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PP13 Community first responders – their identity and relationship with patients and the ambulance service: a qualitative interview study
  1. Viet-Hai Phung,
  2. Gupteswar Patel,
  3. Julie Pattinson,
  4. Ian Trueman,
  5. Aloysius Niroshan Siriwardena
  1. Community and Health Research Unit (CHRU), University of Lincoln, UK


Background Community First Responders (CFRs) are volunteers who contribute to providing prehospital care. By 2014, there were more than 2,400 CFR schemes with more than 12,000 volunteers in the UK. Previous research focused on CFR contribution to EMS, practices and schemes. The identity of professionals is essential for understanding existing and emerging roles within a complex institutional and social identity. However, little is known about the volunteer-CFR identities within the CFR functions. This study aimed to understand how CFRs’ institutional and social identities are constructed by patients and ambulance staff.

Methods We conducted 47 semi-structured interviews with participants from six ambulance service regions in England. The participants were comprised key stakeholders, including: ambulance staff; CFRs and CFR leads; GPs; and patients and relatives. They were purposively sampled. We collected data from April 2020 to December 2021. We conducted all interviews by telephone due to COVID social distancing restrictions. Interviews continued until data saturation and analysed using thematic analysis.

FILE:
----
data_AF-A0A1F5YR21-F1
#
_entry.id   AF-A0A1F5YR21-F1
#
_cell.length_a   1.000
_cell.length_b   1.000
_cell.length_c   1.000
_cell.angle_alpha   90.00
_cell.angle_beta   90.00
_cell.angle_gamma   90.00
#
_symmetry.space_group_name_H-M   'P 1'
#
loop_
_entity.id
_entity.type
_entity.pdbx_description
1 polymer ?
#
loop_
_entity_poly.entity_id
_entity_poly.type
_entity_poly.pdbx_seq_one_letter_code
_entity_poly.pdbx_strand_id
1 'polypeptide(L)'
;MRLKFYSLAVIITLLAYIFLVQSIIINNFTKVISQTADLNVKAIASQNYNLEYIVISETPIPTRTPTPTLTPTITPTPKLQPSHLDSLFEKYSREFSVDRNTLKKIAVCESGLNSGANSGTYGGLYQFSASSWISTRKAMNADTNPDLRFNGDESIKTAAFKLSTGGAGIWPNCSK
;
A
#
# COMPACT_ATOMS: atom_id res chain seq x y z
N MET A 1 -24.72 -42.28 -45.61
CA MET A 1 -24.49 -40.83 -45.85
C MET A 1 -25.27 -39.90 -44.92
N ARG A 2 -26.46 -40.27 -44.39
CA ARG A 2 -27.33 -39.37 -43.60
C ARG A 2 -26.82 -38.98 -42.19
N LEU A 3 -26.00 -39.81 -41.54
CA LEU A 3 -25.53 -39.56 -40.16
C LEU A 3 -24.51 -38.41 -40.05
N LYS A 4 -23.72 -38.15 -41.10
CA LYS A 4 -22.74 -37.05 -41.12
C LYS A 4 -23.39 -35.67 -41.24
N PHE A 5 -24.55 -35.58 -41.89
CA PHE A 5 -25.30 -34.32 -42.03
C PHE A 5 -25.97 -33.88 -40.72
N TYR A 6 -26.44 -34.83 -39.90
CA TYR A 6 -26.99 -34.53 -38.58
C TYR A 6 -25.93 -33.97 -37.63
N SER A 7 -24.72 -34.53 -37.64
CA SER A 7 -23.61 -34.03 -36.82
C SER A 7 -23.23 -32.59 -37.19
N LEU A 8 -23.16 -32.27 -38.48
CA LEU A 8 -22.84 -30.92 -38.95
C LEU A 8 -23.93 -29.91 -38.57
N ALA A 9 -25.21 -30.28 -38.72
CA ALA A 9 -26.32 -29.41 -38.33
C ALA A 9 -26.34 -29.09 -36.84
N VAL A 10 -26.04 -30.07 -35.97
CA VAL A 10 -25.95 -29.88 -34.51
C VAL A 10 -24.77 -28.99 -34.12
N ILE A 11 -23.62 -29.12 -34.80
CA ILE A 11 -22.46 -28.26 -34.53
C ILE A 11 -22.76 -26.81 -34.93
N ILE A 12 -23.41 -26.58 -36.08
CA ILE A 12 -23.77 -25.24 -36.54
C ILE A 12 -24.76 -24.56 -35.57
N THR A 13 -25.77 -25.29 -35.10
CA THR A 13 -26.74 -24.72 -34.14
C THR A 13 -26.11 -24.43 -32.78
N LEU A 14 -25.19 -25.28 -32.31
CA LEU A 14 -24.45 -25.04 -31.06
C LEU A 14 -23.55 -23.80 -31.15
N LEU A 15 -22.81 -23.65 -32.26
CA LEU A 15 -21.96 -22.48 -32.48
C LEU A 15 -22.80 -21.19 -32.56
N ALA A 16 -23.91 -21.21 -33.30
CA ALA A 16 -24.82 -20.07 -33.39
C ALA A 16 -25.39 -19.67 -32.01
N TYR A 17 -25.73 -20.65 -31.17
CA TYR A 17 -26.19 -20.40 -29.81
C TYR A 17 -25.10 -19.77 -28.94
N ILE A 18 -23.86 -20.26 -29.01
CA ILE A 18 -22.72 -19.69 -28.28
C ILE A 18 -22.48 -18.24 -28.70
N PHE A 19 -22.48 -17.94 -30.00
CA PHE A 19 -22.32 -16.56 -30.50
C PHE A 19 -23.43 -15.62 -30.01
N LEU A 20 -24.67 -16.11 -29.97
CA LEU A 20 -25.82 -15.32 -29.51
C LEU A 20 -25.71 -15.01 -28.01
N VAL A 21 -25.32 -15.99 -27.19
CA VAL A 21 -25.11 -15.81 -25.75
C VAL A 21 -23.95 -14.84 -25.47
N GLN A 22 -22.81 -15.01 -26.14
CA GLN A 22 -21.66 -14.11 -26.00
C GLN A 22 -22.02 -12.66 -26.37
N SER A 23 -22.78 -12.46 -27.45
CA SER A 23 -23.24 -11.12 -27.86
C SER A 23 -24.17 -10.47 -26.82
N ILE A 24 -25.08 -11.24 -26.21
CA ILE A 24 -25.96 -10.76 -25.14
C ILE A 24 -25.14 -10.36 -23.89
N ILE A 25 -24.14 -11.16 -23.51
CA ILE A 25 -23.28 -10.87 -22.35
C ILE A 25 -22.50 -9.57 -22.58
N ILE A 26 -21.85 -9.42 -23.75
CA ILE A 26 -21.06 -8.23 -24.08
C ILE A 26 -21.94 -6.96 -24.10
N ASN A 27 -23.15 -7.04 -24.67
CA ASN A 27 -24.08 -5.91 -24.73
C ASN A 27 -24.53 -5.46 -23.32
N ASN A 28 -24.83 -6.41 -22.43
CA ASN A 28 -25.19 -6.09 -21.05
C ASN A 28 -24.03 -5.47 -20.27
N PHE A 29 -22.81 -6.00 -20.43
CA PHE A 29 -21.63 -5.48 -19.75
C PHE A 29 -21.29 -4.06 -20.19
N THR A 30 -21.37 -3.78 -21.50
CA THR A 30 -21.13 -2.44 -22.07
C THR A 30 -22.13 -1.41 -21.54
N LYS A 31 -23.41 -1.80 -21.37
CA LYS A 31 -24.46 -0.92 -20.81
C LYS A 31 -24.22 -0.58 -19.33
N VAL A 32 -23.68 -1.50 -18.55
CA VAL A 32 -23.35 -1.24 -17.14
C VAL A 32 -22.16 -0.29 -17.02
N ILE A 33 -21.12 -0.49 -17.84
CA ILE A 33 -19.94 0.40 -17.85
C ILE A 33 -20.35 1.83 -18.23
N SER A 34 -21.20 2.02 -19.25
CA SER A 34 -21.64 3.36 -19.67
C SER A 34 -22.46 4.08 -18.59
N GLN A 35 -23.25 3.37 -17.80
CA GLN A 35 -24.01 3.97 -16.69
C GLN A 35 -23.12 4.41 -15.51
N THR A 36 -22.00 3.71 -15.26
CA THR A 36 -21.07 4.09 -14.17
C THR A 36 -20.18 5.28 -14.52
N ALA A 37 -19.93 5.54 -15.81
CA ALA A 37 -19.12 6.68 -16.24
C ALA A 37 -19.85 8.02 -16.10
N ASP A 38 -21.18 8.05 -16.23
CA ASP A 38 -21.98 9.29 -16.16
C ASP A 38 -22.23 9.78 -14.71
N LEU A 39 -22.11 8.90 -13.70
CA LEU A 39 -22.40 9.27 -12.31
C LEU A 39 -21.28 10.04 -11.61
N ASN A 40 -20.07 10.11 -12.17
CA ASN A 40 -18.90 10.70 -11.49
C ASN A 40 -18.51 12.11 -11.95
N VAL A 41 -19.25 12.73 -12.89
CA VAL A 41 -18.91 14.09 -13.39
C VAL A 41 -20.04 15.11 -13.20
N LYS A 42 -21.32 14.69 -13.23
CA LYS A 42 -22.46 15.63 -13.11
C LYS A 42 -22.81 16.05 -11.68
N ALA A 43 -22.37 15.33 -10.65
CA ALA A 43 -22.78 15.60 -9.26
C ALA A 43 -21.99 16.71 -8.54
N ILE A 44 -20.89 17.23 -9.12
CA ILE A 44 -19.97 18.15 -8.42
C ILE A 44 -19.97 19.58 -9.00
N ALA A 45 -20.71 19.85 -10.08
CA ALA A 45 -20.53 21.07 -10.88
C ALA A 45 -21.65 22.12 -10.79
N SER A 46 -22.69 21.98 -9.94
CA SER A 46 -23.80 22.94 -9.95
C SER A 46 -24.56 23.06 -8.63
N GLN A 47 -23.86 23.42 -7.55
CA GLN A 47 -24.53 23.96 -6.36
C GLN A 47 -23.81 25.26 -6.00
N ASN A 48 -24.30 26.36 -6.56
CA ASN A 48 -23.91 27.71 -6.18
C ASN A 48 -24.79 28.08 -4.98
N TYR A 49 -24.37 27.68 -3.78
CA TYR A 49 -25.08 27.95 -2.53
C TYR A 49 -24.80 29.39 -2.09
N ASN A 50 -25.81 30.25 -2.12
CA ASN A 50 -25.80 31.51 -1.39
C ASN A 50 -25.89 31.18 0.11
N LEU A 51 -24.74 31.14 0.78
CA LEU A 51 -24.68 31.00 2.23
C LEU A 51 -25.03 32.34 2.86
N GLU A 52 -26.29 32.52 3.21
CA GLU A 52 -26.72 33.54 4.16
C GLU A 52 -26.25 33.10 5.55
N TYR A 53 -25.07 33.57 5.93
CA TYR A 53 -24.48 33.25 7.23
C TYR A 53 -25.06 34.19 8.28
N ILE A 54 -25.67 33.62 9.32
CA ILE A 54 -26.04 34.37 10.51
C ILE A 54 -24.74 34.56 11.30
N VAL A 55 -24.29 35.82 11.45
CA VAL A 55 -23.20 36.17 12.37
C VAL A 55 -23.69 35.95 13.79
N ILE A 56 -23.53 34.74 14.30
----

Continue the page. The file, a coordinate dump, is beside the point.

Results CFRs see themselves as part of a, co-ordinated emergency response, particularly in rural areas. While some patients thought CFRs were ambulance crew, because of their uniforms and vehicles, others were reassured by their life-saving ability. Some ambulance staff were confused by their presence on-scene, but others valued their support. This suggests a mismatch in expectations and what CFR can deliver/practice. CFR schemes and the ambulance service are raising awareness through better communication with patients and staff, as well as fundraising at community events.

Conclusion The identity of CFRs differed from institution to community. Institutions identified CFRs as supplementing the ambulance service. Communities viewed CFRs and the ambulance service interchangeably. CFR identity helped to improve awareness of CFR schemes. CFRs attending to more patients and working more often with ambulance crew may help to strengthen their identity among both groups.

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